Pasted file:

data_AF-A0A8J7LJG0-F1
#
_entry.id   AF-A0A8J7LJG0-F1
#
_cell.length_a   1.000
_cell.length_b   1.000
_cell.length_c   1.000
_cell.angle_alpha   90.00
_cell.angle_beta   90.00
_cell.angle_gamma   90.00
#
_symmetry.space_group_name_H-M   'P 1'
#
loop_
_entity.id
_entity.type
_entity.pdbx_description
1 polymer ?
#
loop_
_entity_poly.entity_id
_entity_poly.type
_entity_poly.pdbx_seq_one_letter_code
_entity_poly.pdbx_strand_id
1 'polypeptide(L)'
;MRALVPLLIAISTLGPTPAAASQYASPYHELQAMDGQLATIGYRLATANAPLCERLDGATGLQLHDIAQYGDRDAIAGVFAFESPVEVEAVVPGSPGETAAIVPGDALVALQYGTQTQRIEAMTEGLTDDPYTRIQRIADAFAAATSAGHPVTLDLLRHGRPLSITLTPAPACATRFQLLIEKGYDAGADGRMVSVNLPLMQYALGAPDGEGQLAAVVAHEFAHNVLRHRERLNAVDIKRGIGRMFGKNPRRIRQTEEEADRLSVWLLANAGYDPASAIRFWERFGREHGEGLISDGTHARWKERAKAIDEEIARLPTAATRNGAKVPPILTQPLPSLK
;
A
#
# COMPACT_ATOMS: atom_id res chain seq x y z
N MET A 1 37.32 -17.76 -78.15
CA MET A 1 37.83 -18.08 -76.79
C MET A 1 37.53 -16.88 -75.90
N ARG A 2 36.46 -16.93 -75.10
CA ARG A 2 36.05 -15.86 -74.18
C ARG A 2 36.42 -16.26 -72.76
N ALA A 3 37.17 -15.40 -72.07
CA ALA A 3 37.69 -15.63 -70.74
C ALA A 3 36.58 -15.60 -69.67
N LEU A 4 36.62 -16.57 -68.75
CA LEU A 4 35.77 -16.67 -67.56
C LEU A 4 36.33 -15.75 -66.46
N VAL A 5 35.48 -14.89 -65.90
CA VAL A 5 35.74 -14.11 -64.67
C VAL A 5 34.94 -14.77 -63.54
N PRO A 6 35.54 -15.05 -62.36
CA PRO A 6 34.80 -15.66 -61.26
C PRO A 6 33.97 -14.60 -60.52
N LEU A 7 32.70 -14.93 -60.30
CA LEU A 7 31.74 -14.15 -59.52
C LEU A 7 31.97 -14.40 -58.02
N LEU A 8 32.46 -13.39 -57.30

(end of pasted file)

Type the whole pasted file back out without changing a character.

data_AF-A0A8J7LJG0-F1
#
_entry.id   AF-A0A8J7LJG0-F1
#
_cell.length_a   1.000
_cell.length_b   1.000
_cell.length_c   1.000
_cell.angle_alpha   90.00
_cell.angle_beta   90.00
_cell.angle_gamma   90.00
#
_symmetry.space_group_name_H-M   'P 1'
#
loop_
_entity.id
_entity.type
_entity.pdbx_description
1 polymer ?
#
loop_
_entity_poly.entity_id
_entity_poly.type
_entity_poly.pdbx_seq_one_letter_code
_entity_poly.pdbx_strand_id
1 'polypeptide(L)'
;MRALVPLLIAISTLGPTPAAASQYASPYHELQAMDGQLATIGYRLATANAPLCERLDGATGLQLHDIAQYGDRDAIAGVFAFESPVEVEAVVPGSPGETAAIVPGDALVALQYGTQTQRIEAMTEGLTDDPYTRIQRIADAFAAATSAGHPVTLDLLRHGRPLSITLTPAPACATRFQLLIEKGYDAGADGRMVSVNLPLMQYALGAPDGEGQLAAVVAHEFAHNVLRHRERLNAVDIKRGIGRMFGKNPRRIRQTEEEADRLSVWLLANAGYDPASAIRFWERFGREHGEGLISDGTHARWKERAKAIDEEIARLPTAATRNGAKVPPILTQPLPSLK
;
A
#
# COMPACT_ATOMS: atom_id res chain seq x y z
N MET A 1 37.32 -17.76 -78.15
CA MET A 1 37.83 -18.08 -76.79
C MET A 1 37.53 -16.88 -75.90
N ARG A 2 36.46 -16.93 -75.10
CA ARG A 2 36.05 -15.86 -74.18
C ARG A 2 36.42 -16.26 -72.76
N ALA A 3 37.17 -15.40 -72.07
CA ALA A 3 37.69 -15.63 -70.74
C ALA A 3 36.58 -15.60 -69.67
N LEU A 4 36.62 -16.57 -68.75
CA LEU A 4 35.77 -16.67 -67.56
C LEU A 4 36.33 -15.75 -66.46
N VAL A 5 35.48 -14.89 -65.90
CA VAL A 5 35.74 -14.11 -64.67
C VAL A 5 34.94 -14.77 -63.54
N PRO A 6 35.54 -15.05 -62.36
CA PRO A 6 34.80 -15.66 -61.26
C PRO A 6 33.97 -14.60 -60.52
N LEU A 7 32.70 -14.93 -60.30
CA LEU A 7 31.74 -14.15 -59.52
C LEU A 7 31.97 -14.40 -58.02
N LEU A 8 32.46 -13.39 -57.30